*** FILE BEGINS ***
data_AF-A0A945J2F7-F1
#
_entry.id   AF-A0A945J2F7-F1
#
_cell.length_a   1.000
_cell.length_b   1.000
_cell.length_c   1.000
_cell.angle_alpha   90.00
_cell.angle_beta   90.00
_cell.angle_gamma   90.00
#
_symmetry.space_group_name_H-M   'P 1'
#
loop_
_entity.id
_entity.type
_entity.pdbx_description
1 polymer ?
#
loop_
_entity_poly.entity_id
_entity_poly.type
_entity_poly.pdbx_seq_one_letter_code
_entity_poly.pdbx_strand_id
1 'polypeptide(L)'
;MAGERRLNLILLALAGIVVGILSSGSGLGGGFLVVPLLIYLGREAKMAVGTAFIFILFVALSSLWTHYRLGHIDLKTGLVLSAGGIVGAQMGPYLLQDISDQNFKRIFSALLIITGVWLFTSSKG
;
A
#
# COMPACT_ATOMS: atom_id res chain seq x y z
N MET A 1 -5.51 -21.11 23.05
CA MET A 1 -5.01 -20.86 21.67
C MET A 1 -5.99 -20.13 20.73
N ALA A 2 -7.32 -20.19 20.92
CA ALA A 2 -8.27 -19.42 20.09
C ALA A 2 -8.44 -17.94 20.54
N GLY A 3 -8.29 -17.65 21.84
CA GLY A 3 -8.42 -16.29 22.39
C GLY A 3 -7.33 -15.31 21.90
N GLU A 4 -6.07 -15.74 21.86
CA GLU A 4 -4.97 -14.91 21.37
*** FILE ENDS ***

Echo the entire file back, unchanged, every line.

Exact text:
data_AF-A0A945J2F7-F1
#
_entry.id   AF-A0A945J2F7-F1
#
_cell.length_a   1.000
_cell.length_b   1.000
_cell.length_c   1.000
_cell.angle_alpha   90.00
_cell.angle_beta   90.00
_cell.angle_gamma   90.00
#
_symmetry.space_group_name_H-M   'P 1'
#
loop_
_entity.id
_entity.type
_entity.pdbx_description
1 polymer ?
#
loop_
_entity_poly.entity_id
_entity_poly.type
_entity_poly.pdbx_seq_one_letter_code
_entity_poly.pdbx_strand_id
1 'polypeptide(L)'
;MAGERRLNLILLALAGIVVGILSSGSGLGGGFLVVPLLIYLGREAKMAVGTAFIFILFVALSSLWTHYRLGHIDLKTGLVLSAGGIVGAQMGPYLLQDISDQNFKRIFSALLIITGVWLFTSSKG
;
A
#
# COMPACT_ATOMS: atom_id res chain seq x y z
N MET A 1 -5.51 -21.11 23.05
CA MET A 1 -5.01 -20.86 21.67
C MET A 1 -5.99 -20.13 20.73
N ALA A 2 -7.32 -20.19 20.92
CA ALA A 2 -8.27 -19.42 20.09
C ALA A 2 -8.44 -17.94 20.54
N GLY A 3 -8.29 -17.65 21.84
CA GLY A 3 -8.42 -16.29 22.39
C GLY A 3 -7.33 -15.31 21.90
N GLU A 4 -6.07 -15.74 21.86
CA GLU A 4 -4.97 -14.91 21.37